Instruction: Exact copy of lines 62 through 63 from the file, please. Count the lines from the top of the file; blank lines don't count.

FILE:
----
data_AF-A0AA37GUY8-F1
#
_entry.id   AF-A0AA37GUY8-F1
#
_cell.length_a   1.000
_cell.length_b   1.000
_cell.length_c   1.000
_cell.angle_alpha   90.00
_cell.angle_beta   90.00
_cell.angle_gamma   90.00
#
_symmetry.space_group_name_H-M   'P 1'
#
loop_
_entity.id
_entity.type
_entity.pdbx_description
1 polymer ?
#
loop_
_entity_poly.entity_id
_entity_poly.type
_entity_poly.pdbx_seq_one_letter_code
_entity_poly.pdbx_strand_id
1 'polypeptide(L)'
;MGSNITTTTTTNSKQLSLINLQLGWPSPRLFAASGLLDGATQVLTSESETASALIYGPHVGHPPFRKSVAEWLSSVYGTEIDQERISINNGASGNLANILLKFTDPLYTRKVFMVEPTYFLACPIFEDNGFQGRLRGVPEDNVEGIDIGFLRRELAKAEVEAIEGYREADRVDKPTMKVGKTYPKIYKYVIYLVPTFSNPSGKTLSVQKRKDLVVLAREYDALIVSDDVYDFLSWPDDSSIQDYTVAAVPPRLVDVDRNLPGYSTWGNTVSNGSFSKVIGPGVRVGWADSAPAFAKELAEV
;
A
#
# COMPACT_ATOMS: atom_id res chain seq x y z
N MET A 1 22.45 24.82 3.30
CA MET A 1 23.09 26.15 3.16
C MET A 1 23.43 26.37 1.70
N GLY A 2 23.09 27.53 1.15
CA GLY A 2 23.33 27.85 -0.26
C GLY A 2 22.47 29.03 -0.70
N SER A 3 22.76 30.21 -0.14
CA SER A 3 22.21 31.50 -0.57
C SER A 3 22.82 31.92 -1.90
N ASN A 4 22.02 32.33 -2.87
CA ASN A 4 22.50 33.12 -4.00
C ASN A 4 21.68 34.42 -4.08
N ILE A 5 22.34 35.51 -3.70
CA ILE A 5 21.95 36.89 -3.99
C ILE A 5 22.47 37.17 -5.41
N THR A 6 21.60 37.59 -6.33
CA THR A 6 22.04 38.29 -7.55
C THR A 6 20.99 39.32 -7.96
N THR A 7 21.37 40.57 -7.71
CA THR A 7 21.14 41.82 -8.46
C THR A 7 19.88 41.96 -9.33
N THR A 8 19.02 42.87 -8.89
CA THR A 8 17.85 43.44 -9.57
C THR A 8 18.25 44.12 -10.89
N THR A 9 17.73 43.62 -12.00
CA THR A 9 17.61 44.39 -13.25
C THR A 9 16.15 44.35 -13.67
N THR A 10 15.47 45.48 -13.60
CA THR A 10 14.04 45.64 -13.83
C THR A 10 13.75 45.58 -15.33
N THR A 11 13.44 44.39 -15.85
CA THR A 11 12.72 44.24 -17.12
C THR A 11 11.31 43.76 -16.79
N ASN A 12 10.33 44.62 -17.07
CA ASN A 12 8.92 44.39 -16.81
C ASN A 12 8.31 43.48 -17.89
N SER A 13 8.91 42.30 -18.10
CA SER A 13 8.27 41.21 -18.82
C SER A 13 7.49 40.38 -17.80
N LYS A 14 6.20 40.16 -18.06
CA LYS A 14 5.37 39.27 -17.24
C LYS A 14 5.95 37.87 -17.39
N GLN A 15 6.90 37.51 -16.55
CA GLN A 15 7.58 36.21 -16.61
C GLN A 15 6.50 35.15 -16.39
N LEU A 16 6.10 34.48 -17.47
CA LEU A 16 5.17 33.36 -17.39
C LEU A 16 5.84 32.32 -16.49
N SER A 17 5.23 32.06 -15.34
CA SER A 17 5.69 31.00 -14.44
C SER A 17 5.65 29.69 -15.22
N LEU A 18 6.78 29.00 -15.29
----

CA THR A 11 12.72 44.24 -17.12
C THR A 11 11.31 43.76 -16.79